BMW i Motorsport Fine-Tunes Brake-by-Wire


From greencarcongress:

The BMW iFE.18, with which the BMW i Andretti Motorsport team won the opening round of this season’s ABB FIA Formula E Championship, consists of many features developed internally at BMW, as well as the standard parts stipulated in the regulations (chassis (Spark Racing Technology); battery (McLaren); tires (Michelin)). The most obvious of these is the Racing eDrive01 drivetrain. (Earlier post.) However, the engineers at BMW i Motorsport had other areas in which to apply their know-how. These include:

Brake-by-wire system. Another major in-house BMW development is the electronic, brake-by-wire braking system. The introduction of this system represents a big technological step for Formula E and, in this regard, takes it to the same level as Formula 1 and the LMP1 category in the FIA World Endurance Championship.

As of Season 5, brake-by-wire controls the relationship between mechanical braking force, when the driver pushes the brake pedal, and the braking effect generated by energy harvested during deceleration and braking.

When the motor recovers energy from the braking process during the race, it basically functions as an additional brake on the rear axle of the car. Previously, drivers had to manually adjust the brake balance to balance the additional braking effect. The electronics on the BMW iFE.18 now perform this balance.

Read the full story at greencarcongress.com.

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In addition, here is how BMW described its brake-by-wire i Motorsport tech in a press release:

Brake-by-Wire system.

Another major in-house BMW development is the electronic, brake-by-wire braking system. The introduction of this system represents a big technological step for Formula E and, in this regard, takes it to the same level as Formula 1 and the LMP1 category in the FIA World Endurance Championship. As of Season 5, brake-by-wire controls the relationship between mechanical braking force, when the driver pushes the brake pedal, and the braking effect generated by energy harvested during deceleration and braking. When the motor recovers energy from the braking process during the race, it basically functions as an additional brake on the rear axle of the car. Previously, drivers had to manually adjust the brake balance to balance the additional braking effect. The electronics on the BMW iFE.18 now perform this balance.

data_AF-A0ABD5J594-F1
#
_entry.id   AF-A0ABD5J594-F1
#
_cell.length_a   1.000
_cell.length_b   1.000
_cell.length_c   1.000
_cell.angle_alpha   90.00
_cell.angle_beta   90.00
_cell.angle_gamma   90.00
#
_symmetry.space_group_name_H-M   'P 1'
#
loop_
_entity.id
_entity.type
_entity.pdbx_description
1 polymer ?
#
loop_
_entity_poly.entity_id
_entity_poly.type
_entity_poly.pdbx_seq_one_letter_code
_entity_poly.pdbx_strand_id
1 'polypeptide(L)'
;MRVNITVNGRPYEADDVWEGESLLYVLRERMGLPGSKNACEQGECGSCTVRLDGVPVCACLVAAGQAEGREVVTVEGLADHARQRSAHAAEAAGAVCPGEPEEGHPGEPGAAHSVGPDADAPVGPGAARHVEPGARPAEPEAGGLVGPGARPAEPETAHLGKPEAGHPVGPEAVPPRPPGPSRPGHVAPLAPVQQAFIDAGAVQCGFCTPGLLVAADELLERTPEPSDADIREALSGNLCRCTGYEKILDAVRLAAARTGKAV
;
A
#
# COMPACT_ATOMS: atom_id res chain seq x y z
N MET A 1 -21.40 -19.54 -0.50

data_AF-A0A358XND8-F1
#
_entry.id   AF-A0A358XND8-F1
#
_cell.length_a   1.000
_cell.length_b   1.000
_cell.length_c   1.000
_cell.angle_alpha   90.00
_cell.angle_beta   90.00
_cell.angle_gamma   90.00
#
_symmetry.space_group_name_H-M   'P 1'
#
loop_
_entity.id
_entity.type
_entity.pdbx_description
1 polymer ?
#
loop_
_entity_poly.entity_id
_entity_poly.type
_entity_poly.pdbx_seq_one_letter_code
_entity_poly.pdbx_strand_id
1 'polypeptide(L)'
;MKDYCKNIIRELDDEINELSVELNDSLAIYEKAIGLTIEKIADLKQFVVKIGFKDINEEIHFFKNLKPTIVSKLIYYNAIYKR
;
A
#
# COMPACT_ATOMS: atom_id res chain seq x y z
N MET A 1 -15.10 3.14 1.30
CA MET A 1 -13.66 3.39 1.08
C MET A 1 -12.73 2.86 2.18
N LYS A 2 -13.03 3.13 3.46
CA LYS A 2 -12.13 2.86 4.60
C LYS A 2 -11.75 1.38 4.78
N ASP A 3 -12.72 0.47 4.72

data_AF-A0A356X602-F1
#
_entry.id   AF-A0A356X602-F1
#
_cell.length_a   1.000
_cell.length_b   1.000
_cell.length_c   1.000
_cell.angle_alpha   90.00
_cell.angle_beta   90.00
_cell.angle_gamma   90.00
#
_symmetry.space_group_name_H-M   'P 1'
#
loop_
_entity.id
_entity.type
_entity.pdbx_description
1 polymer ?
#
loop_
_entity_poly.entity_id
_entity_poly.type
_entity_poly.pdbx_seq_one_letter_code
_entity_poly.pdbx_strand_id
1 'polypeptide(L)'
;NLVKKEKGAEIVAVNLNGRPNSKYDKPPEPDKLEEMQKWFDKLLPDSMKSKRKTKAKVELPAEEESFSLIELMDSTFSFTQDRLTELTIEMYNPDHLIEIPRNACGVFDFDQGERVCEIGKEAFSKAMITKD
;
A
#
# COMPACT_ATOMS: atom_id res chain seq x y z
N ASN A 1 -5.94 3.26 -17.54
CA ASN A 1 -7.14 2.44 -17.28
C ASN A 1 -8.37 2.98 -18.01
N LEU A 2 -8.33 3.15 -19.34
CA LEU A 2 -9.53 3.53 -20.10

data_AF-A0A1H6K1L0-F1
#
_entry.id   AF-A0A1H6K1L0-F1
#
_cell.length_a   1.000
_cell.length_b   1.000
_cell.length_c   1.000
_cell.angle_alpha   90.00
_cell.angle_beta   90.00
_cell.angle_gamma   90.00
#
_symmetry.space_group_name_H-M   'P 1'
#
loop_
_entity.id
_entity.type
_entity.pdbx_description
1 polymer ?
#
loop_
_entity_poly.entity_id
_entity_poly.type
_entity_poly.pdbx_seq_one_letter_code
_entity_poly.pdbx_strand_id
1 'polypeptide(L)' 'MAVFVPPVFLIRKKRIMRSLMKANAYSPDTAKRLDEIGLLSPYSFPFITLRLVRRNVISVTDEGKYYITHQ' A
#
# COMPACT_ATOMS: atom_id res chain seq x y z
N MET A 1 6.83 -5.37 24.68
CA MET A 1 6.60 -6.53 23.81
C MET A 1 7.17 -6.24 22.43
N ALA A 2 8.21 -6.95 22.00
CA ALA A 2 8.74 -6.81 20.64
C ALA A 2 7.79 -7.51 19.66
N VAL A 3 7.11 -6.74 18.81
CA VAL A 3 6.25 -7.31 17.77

The integration of the brake-by-wire system and, above all, the software logic developed by the BMW i Motorsport engineers, significantly increases the regeneration potential – the maximum amount of energy that can be fed back into the battery when braking. Finding the best possible configuration of this software is crucial to be able to contest the entire race distance with maximum power from the battery, whilst complying with the amount of energy permitted by the regulations. In practice, overcoming this challenge requires the engineers to achieve the best possible relationship between speed and energy management. Their task is to calculate a race time optimisation with the limited amount of energy. It is important to keep sight of all the race action – to read the data and to anticipate what may be coming – to then decide, together with the driver, in which phases of the race it is better to save energy and when to attack, to make up positions or open a gap to the cars behind.


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